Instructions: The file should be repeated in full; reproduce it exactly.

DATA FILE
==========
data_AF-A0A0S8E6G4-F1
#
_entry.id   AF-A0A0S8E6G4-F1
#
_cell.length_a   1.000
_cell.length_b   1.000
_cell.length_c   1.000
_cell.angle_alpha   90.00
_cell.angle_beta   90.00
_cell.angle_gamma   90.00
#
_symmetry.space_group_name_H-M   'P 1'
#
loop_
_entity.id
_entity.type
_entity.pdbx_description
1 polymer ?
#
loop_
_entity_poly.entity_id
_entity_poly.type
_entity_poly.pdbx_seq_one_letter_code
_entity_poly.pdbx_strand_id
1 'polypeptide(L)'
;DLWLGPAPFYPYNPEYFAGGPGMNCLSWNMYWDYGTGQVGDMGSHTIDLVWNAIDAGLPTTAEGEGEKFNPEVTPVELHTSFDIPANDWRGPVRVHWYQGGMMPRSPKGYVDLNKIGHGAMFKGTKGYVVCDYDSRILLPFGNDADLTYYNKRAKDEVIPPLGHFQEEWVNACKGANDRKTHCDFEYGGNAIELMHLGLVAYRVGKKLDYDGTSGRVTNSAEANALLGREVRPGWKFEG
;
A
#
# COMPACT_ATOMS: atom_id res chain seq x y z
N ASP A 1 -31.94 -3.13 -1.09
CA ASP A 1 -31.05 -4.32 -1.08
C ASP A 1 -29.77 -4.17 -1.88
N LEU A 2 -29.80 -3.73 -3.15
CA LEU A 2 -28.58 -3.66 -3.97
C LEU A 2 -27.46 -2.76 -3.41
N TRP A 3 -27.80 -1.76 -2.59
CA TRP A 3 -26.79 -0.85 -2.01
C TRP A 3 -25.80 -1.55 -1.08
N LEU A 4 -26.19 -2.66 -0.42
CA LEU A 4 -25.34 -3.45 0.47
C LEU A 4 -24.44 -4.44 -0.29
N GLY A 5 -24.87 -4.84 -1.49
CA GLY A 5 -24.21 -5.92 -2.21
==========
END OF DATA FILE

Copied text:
data_AF-A0A0S8E6G4-F1
#
_entry.id   AF-A0A0S8E6G4-F1
#
_cell.length_a   1.000
_cell.length_b   1.000
_cell.length_c   1.000
_cell.angle_alpha   90.00
_cell.angle_beta   90.00
_cell.angle_gamma   90.00
#
_symmetry.space_group_name_H-M   'P 1'
#
loop_
_entity.id
_entity.type
_entity.pdbx_description
1 polymer ?
#
loop_
_entity_poly.entity_id
_entity_poly.type
_entity_poly.pdbx_seq_one_letter_code
_entity_poly.pdbx_strand_id
1 'polypeptide(L)'
;DLWLGPAPFYPYNPEYFAGGPGMNCLSWNMYWDYGTGQVGDMGSHTIDLVWNAIDAGLPTTAEGEGEKFNPEVTPVELHTSFDIPANDWRGPVRVHWYQGGMMPRSPKGYVDLNKIGHGAMFKGTKGYVVCDYDSRILLPFGNDADLTYYNKRAKDEVIPPLGHFQEEWVNACKGANDRKTHCDFEYGGNAIELMHLGLVAYRVGKKLDYDGTSGRVTNSAEANALLGREVRPGWKFEG
;
A
#
# COMPACT_ATOMS: atom_id res chain seq x y z
N ASP A 1 -31.94 -3.13 -1.09
CA ASP A 1 -31.05 -4.32 -1.08
C ASP A 1 -29.77 -4.17 -1.88
N LEU A 2 -29.80 -3.73 -3.15
CA LEU A 2 -28.58 -3.66 -3.97
C LEU A 2 -27.46 -2.76 -3.41
N TRP A 3 -27.80 -1.76 -2.59
CA TRP A 3 -26.79 -0.85 -2.01
C TRP A 3 -25.80 -1.55 -1.08
N LEU A 4 -26.19 -2.66 -0.42
CA LEU A 4 -25.34 -3.45 0.47
C LEU A 4 -24.44 -4.44 -0.29
N GLY A 5 -24.87 -4.84 -1.49
CA GLY A 5 -24.21 -5.92 -2.21